Bighorn sheep could return to Catalinas by fall 2013 | Environment
The bighorn sheep hasn’t been seen in the Catalinas since the 1990s, and now an advisory group is suggesting the animal could be reintroduced as soon as the fall of 2013.
Pusch Ridge Wilderness is the proposed site of release for the first 30 bighorn sheep, with an overall goal of releasing 100 animals total throughout the area over the next three years. This total number is taking into account anticipated lamb births, estimated yearling survival rates, and natural mortality.
In a recent news release Raul Vega had this to say,
“The goal the Santa Catalina Bighorn Sheep Restoration Project is to restore a healthy, viable and self-sustaining population of desert bighorn sheep to the range that coexists with an equally healthy native predator population in a naturally functioning ecosystem.” Vega is Regional Supervisor of Arizona Game and Fish Department (AGFD) in Tucson.
“The project dovetails with a larger, holistic restoration effort to mitigate human impacts, improve habitat in the Catalinas and return fire as a natural process necessary for proper habitat functioning,” added Randy Serraglio with the Center for Biological Diversity.
The Advisory Committee, established in December 2012, is comprised of local representatives from the following organizations who are working closely with AGFD and the Coronado National Forest (CNF) personnel:
- Arizona Desert Bighorn Sheep Society,
- The Wilderness Society,
- Sky Island Alliance,
- Arizona Wilderness Coalition,
- Center for Biological Diversity.
“The Advisory Committee members bring different perspectives to the discussion but we share common values around an appreciation for Arizona’s wildlife and natural heritage,” said Mike Quigley, Arizona Representative of The Wilderness Society.
Arizona Game and Fish Commissioner J.W. Harris serves as a liaison to the committee for the Game and Fish Commission.
“The Santa Catalina Mountains are located adjacent to the second largest urban area in Arizona. Community interest in wildlife management and conservation issues is relatively high,” Harris noted. “So the committee was formed to address the potentially complex challenges posed by the species, the location, and the nature of the community.”
Broad-based community support is needed, Harris added, if the project is to overcome other challenges, such as funding, predator management, and use of prescribed fire.
Each of the sheep would be fitted with a state-of-the-art satellite GPS collar, which will provide ‘real time’ information on location and mortality of the sheep wearing it. By using these collars, monitoring efforts will enable managers to make informed management decisions as the information from collars becomes available.
This technology comes with a cost though, currently the overall project cost is estimated at $600,000 over the next three years. A public and private fund raising effort is currently underway to secure necessary funding to complete the project. Sponsorship opportunities are available through the Arizona Game and Fish Department at (520) 628-5376 and tax deductable donations may be made at: http://adbss.org/donate.html.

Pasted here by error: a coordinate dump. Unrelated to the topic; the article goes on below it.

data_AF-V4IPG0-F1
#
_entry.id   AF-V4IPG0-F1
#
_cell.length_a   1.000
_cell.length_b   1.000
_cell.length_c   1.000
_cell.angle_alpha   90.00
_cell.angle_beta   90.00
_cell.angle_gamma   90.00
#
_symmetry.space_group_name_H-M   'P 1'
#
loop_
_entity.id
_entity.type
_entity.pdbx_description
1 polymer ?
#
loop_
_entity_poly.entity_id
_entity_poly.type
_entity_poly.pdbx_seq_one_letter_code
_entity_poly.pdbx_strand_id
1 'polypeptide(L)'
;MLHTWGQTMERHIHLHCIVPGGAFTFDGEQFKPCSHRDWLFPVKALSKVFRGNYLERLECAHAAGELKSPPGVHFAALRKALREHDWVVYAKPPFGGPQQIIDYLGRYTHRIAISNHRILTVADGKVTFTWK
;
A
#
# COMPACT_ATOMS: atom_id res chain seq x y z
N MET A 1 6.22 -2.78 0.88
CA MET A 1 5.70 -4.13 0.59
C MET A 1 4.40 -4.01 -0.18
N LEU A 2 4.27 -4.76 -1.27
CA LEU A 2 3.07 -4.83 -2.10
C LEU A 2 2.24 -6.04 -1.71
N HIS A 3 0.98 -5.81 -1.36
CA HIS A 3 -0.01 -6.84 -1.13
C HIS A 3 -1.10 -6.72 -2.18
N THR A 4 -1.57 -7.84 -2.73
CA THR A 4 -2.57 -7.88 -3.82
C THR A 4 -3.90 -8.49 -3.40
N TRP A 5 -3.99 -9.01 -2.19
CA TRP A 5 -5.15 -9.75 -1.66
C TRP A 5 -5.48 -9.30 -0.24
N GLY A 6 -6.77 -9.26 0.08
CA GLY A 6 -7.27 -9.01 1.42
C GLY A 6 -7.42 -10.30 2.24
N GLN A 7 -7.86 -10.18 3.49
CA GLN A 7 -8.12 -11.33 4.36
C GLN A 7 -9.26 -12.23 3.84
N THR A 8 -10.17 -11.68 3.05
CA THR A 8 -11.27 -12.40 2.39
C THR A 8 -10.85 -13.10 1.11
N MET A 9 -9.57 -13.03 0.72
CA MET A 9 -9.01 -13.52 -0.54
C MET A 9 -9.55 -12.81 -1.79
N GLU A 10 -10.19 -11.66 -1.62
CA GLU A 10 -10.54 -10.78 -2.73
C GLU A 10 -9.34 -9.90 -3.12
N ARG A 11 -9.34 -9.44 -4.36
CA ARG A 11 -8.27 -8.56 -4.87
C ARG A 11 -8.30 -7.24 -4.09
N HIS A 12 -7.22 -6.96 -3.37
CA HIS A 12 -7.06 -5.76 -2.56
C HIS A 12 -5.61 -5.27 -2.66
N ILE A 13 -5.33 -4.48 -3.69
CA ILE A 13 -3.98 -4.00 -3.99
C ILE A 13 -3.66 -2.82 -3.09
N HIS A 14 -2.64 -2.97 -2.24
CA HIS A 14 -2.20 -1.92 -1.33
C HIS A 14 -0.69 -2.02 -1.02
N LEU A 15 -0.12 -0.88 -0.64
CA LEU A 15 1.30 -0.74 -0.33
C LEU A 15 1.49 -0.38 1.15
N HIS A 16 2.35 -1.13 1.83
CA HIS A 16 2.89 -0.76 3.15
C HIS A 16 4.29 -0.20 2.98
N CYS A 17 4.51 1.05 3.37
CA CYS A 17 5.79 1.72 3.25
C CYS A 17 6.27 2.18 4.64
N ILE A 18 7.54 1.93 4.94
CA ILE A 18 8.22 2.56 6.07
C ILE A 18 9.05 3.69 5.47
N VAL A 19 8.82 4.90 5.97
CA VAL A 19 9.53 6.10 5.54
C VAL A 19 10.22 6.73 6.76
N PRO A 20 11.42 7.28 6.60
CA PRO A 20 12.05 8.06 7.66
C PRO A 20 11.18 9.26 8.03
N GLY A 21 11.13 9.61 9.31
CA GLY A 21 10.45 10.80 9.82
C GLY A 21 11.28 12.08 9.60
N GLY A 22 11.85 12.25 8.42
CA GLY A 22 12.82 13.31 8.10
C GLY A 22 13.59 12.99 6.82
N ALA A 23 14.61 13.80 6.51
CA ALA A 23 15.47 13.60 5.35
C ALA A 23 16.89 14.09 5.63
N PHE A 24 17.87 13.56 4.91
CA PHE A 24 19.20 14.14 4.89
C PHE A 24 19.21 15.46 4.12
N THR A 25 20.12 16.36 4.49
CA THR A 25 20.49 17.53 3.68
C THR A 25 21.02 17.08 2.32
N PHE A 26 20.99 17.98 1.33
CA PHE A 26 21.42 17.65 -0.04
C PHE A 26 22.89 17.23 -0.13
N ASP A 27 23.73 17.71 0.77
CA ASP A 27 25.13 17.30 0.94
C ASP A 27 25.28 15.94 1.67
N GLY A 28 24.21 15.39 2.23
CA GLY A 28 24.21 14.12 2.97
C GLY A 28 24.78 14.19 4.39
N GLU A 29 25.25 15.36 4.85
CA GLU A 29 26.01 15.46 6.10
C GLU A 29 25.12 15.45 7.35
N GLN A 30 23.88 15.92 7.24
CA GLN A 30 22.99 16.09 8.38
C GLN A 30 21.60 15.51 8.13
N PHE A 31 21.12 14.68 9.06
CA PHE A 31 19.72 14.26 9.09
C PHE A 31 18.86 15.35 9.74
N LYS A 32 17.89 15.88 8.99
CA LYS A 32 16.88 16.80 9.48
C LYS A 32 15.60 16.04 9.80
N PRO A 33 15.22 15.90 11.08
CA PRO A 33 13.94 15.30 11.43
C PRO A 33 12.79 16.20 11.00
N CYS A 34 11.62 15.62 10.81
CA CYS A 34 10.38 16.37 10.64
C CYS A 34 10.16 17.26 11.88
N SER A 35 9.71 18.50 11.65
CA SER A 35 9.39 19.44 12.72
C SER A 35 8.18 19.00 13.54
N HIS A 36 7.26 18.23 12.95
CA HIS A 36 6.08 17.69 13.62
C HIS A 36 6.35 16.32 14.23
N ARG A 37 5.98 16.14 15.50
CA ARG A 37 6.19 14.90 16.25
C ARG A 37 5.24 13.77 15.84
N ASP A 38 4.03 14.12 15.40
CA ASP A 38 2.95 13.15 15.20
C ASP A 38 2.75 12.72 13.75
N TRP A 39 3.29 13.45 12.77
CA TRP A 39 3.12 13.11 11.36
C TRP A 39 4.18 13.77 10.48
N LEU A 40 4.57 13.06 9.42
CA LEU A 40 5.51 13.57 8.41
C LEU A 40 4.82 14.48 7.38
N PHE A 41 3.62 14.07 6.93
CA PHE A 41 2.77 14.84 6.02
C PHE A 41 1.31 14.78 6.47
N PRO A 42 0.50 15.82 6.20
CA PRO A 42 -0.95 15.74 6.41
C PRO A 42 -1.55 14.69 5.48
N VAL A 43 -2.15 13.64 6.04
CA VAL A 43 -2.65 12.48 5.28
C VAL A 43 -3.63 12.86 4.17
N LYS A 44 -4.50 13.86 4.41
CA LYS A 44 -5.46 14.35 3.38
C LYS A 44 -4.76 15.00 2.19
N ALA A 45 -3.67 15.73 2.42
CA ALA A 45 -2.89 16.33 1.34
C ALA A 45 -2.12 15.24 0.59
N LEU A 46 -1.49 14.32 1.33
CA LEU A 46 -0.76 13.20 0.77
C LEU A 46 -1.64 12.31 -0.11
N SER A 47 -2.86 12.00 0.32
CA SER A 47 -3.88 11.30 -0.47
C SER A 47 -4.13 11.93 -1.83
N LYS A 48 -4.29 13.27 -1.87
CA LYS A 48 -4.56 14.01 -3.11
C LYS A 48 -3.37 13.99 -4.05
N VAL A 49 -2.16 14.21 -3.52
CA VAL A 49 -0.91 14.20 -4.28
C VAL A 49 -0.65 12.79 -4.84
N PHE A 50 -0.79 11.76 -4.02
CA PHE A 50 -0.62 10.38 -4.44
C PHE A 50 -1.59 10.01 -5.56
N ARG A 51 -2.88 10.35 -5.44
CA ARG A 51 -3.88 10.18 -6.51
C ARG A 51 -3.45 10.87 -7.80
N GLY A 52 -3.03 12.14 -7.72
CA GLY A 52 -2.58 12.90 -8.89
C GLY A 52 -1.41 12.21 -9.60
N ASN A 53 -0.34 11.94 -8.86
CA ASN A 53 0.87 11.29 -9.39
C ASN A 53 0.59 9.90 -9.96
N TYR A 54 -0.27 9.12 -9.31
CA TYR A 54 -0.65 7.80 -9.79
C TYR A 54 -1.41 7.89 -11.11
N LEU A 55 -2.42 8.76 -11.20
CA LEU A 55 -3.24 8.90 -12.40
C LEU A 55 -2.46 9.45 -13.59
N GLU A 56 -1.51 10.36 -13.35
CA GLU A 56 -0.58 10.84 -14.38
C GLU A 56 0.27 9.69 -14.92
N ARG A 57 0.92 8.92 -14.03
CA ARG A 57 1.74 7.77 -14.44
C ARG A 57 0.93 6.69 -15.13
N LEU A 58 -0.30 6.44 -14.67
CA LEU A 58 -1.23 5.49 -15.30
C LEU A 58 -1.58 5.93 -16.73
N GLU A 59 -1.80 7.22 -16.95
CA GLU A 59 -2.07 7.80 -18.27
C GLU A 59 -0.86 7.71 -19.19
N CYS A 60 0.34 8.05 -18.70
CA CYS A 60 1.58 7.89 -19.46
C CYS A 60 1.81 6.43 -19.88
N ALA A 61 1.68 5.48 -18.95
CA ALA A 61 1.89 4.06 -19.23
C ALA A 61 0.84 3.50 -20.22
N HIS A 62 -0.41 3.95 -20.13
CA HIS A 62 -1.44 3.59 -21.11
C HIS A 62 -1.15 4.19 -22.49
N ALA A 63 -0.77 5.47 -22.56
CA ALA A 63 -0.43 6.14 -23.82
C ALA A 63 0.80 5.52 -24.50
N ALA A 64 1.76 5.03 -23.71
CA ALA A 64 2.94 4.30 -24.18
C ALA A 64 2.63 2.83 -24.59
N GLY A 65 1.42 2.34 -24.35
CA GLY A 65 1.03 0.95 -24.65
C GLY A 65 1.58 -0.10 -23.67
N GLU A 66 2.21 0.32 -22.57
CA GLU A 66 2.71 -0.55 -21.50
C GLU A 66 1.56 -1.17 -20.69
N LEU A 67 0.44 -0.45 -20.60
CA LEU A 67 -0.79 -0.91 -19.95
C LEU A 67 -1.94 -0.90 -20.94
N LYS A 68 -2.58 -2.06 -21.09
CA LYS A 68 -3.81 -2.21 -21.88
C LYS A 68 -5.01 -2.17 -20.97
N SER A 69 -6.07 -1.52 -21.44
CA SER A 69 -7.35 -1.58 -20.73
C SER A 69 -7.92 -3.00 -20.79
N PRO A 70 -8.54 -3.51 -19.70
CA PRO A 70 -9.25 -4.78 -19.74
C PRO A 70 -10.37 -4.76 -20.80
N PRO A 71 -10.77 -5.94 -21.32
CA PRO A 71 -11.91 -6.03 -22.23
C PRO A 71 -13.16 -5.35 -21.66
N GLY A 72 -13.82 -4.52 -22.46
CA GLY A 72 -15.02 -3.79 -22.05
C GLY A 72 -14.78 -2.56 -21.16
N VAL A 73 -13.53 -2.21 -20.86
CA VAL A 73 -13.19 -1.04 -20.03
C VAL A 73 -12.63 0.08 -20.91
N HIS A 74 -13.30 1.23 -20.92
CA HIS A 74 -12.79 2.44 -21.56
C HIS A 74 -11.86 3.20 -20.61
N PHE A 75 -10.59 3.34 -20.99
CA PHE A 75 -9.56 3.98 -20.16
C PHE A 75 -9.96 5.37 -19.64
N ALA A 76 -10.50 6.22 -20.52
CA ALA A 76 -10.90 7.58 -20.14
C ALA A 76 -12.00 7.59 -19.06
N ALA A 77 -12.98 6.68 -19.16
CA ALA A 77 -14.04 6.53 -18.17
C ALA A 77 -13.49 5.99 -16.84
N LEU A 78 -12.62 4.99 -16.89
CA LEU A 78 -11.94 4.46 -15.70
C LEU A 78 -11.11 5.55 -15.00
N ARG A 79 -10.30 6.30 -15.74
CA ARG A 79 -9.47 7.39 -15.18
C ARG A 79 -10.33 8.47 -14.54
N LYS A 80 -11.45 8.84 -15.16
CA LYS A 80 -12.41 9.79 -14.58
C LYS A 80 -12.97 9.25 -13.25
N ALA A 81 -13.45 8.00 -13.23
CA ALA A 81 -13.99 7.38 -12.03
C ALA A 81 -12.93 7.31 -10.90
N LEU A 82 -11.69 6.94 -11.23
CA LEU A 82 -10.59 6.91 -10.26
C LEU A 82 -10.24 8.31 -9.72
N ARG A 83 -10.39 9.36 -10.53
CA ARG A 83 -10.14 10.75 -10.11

“This is an expensive and sensitive project and we need to do it right.” said Brian Dolan past President of the Arizona Desert Bighorn Sheep Society. “We need to carefully think through scenarios and develop an appropriate plan for success.”
The Pusch Ridge Wilderness was once the home of a native population of desert bighorn sheep, with a population estimate that ranged from 75 to 150 animals in 1979. This population started its decline in the late 1980s, with no real understanding of why. Many believe the following were factors in the decline: urban encroachment, human disturbance in sheep habitat, disease within the sheep population, fire suppression, and predation.
The project is currently under consideration, due to four key factors that increase the likelihood of success:
***Improved habitat in much of the Catalinas resulting from the Bullock Fire in 2002 and the Aspen Fire in 2003, which removed unnaturally dense vegetation and reduced fuel loads.
***The Coronado’s anticipated use of prescribed fire in the Pusch Ridge Wilderness under FireScape, a landscape-scale fire and ecosystem management program, intended to re-establish a natural fire regime that reduces the risk of catastrophic wildfire, improves wildlife habitat and sustains the natural ecosystem processes.
***Current and projected availability of desert bighorn sheep from other healthy populations within the state from the Yuma and Mesa regions.
***Trail restrictions currently in place within the Coronado's defined Bighorn Sheep Management Area that will be enforced and are important in preventing disturbance to reintroduced desert bighorn sheep, particularly during the lambing season.
Planning meetings by the committee will continue to be held throughout the project to guide all aspects of the sheep restoration effort to provide the highest likelihood of success.